Last year saw several household names including Aldi, Wilko, Travis Perkins, JD Sports and Warburtons (amongst others) facing severe penalties for Health & Safety failings as the new sentencing guidelines begin to bite.
Lauren Appleby (SHP) has compiled a really interesting summary of the key cases of 2017 in which we can see the true impact of the new sentencing guidelines as the first full year of them being in effect draws to a close. Click here for full summary.
In short, it is clear that individuals are now being held to account and are under much more scrutiny than before the guidelines. There have been far more custodial sentences served to company directors, as well as heavier fines which are determined by the financial records of the company (the bigger the company, the bigger the fine for like for like offences) as well as the degree of harm and culpability.
Under the new guidelines, courts are also starting to issue larger fines for companies who have exposed workers or others to serious health and safety risks even in cases where no accident has occurred.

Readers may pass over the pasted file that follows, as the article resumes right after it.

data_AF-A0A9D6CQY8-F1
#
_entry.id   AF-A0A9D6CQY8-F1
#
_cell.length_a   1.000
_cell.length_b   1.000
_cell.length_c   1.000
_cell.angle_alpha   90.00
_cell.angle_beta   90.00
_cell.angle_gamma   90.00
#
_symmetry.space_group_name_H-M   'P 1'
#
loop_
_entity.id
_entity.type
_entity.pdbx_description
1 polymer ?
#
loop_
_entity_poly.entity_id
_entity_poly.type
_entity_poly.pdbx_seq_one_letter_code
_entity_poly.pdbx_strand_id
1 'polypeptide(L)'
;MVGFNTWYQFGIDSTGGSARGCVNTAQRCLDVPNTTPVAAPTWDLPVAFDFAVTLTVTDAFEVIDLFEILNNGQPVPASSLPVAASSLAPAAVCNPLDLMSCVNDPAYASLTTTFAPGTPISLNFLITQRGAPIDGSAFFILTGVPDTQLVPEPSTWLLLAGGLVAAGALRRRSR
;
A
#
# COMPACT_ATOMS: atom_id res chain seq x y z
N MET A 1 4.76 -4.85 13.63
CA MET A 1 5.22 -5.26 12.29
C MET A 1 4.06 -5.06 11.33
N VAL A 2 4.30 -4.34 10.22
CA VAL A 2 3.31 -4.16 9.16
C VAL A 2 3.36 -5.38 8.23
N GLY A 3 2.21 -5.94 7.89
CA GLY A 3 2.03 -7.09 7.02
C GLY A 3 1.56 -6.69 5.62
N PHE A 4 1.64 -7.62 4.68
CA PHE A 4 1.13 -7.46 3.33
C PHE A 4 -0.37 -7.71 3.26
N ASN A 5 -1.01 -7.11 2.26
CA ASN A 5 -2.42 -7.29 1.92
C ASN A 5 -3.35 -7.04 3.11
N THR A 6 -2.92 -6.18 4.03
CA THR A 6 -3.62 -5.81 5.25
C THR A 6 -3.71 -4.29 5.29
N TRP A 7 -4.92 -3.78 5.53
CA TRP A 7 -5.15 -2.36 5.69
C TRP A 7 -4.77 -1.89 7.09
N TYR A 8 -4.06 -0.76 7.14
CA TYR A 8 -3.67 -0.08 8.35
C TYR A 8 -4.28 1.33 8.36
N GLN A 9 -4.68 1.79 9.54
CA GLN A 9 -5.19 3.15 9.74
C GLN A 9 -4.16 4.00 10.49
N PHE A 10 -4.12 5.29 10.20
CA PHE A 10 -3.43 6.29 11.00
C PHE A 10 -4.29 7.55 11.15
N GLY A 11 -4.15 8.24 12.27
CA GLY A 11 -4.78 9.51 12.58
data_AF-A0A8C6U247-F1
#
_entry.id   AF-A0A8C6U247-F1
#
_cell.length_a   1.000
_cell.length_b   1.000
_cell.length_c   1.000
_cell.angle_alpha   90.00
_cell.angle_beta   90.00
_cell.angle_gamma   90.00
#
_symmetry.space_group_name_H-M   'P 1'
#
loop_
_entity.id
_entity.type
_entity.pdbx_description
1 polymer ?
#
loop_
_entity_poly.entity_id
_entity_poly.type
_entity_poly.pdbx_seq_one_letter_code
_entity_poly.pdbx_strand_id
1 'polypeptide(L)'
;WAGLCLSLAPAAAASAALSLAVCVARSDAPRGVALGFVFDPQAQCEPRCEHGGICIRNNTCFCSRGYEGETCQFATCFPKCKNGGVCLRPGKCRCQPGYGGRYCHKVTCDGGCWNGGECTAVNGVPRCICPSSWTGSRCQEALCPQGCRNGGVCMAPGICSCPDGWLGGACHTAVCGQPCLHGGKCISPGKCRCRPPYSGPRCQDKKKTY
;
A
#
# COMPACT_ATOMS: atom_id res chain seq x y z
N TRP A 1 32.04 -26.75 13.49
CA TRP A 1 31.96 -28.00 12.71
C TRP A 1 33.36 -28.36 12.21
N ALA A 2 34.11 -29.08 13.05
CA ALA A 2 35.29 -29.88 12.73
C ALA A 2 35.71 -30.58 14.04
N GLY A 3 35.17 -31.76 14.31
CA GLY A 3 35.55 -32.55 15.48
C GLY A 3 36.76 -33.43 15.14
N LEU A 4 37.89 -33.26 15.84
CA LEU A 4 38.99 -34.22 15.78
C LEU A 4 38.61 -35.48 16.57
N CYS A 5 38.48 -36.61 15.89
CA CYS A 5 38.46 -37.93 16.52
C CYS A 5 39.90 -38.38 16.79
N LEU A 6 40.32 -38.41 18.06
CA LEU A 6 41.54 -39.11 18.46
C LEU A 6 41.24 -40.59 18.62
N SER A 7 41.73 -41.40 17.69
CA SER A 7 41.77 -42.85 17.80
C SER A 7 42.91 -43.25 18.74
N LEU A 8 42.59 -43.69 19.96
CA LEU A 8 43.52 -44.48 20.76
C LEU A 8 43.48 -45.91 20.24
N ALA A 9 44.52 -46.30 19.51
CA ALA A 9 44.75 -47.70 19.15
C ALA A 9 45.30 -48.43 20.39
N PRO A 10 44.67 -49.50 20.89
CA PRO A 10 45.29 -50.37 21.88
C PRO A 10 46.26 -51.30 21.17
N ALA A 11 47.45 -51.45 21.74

Clearly, now more than ever It is absolutely imperative that business owners are aware of their legal responsibilities and duty of care. Each business should have a programme of rolling health and safety reviews in place, looking to constantly improve provisions wherever possible.
On a more positive note, there are distinct benefits, aside from the obvious, when a company manages its health and safety risks well. Businesses who demonstrate a genuine commitment to health, safety and the wellbeing of their staff are likely to find themselves better placed to attract and retain talent. They are also likely to fare better in bids and tender processes as well as scoring extra points when seeking external investment.
IOSH and Osborne Clarke have produced an in depth exploration of the impact of the new sentencing guidelines a year on. Click here to see the results of the collaboration.